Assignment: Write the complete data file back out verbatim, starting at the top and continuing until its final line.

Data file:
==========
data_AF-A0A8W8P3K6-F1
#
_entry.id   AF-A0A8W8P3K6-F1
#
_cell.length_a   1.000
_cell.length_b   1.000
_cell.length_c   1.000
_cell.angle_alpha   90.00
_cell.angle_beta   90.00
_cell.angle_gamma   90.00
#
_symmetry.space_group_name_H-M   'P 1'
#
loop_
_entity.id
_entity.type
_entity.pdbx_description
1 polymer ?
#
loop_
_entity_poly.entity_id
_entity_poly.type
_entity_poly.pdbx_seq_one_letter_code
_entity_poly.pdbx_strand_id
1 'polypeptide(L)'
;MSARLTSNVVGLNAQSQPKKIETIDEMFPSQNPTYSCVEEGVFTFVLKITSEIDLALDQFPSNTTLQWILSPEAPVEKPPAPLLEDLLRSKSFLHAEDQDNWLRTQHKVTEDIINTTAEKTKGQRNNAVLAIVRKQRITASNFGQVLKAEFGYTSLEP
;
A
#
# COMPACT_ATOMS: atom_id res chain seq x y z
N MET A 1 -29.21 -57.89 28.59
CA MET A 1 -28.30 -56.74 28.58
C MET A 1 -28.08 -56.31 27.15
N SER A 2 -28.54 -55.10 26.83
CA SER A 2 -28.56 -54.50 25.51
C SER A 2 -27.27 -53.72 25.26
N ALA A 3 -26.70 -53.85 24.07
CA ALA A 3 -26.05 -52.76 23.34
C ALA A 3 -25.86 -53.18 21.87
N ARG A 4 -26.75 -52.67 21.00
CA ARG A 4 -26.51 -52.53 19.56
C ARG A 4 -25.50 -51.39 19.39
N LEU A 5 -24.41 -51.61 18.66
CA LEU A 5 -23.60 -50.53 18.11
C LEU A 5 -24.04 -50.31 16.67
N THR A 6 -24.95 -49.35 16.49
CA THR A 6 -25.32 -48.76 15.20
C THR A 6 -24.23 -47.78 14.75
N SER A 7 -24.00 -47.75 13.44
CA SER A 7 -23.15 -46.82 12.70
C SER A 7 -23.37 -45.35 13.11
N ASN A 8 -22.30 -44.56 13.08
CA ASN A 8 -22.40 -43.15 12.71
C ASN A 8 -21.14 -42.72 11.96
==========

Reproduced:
data_AF-A0A8W8P3K6-F1
#
_entry.id   AF-A0A8W8P3K6-F1
#
_cell.length_a   1.000
_cell.length_b   1.000
_cell.length_c   1.000
_cell.angle_alpha   90.00
_cell.angle_beta   90.00
_cell.angle_gamma   90.00
#
_symmetry.space_group_name_H-M   'P 1'
#
loop_
_entity.id
_entity.type
_entity.pdbx_description
1 polymer ?
#
loop_
_entity_poly.entity_id
_entity_poly.type
_entity_poly.pdbx_seq_one_letter_code
_entity_poly.pdbx_strand_id
1 'polypeptide(L)'
;MSARLTSNVVGLNAQSQPKKIETIDEMFPSQNPTYSCVEEGVFTFVLKITSEIDLALDQFPSNTTLQWILSPEAPVEKPPAPLLEDLLRSKSFLHAEDQDNWLRTQHKVTEDIINTTAEKTKGQRNNAVLAIVRKQRITASNFGQVLKAEFGYTSLEP
;
A
#
# COMPACT_ATOMS: atom_id res chain seq x y z
N MET A 1 -29.21 -57.89 28.59
CA MET A 1 -28.30 -56.74 28.58
C MET A 1 -28.08 -56.31 27.15
N SER A 2 -28.54 -55.10 26.83
CA SER A 2 -28.56 -54.50 25.51
C SER A 2 -27.27 -53.72 25.26
N ALA A 3 -26.70 -53.85 24.07
CA ALA A 3 -26.05 -52.76 23.34
C ALA A 3 -25.86 -53.18 21.87
N ARG A 4 -26.75 -52.67 21.00
CA ARG A 4 -26.51 -52.53 19.56
C ARG A 4 -25.50 -51.39 19.39
N LEU A 5 -24.41 -51.61 18.66
CA LEU A 5 -23.60 -50.53 18.11
C LEU A 5 -24.04 -50.31 16.67
N THR A 6 -24.95 -49.35 16.49
CA THR A 6 -25.32 -48.76 15.20
C THR A 6 -24.23 -47.78 14.75
N SER A 7 -24.00 -47.75 13.44
CA SER A 7 -23.15 -46.82 12.70
C SER A 7 -23.37 -45.35 13.11
N ASN A 8 -22.30 -44.56 13.08
CA ASN A 8 -22.40 -43.15 12.71
C ASN A 8 -21.14 -42.72 11.96